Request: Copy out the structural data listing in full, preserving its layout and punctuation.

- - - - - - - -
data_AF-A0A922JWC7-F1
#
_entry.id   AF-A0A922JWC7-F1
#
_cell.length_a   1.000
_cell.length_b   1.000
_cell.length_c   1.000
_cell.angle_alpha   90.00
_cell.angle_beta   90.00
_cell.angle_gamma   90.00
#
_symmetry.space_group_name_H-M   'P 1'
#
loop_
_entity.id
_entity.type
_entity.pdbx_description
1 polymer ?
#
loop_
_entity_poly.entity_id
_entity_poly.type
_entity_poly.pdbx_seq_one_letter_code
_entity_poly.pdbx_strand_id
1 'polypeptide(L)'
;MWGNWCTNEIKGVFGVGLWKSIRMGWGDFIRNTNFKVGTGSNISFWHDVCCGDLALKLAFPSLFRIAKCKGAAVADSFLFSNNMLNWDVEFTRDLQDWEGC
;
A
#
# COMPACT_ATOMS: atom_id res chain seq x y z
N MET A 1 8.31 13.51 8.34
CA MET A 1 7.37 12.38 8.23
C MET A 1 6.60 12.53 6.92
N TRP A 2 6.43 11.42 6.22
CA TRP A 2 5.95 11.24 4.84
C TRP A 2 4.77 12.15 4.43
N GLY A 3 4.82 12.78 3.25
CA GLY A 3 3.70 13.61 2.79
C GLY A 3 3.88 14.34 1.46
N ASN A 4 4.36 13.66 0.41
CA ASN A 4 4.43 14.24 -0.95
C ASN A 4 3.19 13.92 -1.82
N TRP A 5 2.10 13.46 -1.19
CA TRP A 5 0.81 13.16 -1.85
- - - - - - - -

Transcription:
data_AF-A0A922JWC7-F1
#
_entry.id   AF-A0A922JWC7-F1
#
_cell.length_a   1.000
_cell.length_b   1.000
_cell.length_c   1.000
_cell.angle_alpha   90.00
_cell.angle_beta   90.00
_cell.angle_gamma   90.00
#
_symmetry.space_group_name_H-M   'P 1'
#
loop_
_entity.id
_entity.type
_entity.pdbx_description
1 polymer ?
#
loop_
_entity_poly.entity_id
_entity_poly.type
_entity_poly.pdbx_seq_one_letter_code
_entity_poly.pdbx_strand_id
1 'polypeptide(L)'
;MWGNWCTNEIKGVFGVGLWKSIRMGWGDFIRNTNFKVGTGSNISFWHDVCCGDLALKLAFPSLFRIAKCKGAAVADSFLFSNNMLNWDVEFTRDLQDWEGC
;
A
#
# COMPACT_ATOMS: atom_id res chain seq x y z
N MET A 1 8.31 13.51 8.34
CA MET A 1 7.37 12.38 8.23
C MET A 1 6.60 12.53 6.92
N TRP A 2 6.43 11.42 6.22
CA TRP A 2 5.95 11.24 4.84
C TRP A 2 4.77 12.15 4.43
N GLY A 3 4.82 12.78 3.25
CA GLY A 3 3.70 13.61 2.79
C GLY A 3 3.88 14.34 1.46
N ASN A 4 4.36 13.66 0.41
CA ASN A 4 4.43 14.24 -0.95
C ASN A 4 3.19 13.92 -1.82
N TRP A 5 2.10 13.46 -1.19
CA TRP A 5 0.81 13.16 -1.85